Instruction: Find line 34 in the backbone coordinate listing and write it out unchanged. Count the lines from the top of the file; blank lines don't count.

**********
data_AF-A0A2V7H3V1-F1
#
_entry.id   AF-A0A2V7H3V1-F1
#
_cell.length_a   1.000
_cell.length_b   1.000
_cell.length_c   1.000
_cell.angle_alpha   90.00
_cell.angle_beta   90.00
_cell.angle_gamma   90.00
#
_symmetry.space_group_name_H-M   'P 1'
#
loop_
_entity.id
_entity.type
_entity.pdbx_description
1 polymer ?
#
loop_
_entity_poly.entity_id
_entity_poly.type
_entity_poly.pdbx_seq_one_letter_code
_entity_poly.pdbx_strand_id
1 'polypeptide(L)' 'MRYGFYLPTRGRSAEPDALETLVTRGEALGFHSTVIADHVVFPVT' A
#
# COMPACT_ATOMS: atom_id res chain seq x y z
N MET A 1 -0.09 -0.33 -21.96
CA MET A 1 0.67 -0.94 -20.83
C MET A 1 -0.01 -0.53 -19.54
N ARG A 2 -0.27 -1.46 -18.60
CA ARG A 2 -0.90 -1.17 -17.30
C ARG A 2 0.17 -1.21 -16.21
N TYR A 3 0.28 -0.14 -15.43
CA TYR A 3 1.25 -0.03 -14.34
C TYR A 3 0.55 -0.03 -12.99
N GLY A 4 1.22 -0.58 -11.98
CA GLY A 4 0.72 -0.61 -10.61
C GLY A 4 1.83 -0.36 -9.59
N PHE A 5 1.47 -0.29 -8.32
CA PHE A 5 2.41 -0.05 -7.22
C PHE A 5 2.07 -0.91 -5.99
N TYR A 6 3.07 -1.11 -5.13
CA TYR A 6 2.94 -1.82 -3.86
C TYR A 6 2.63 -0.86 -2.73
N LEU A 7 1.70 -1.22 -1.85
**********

N TYR A 3 0.28 -0.14 -15.43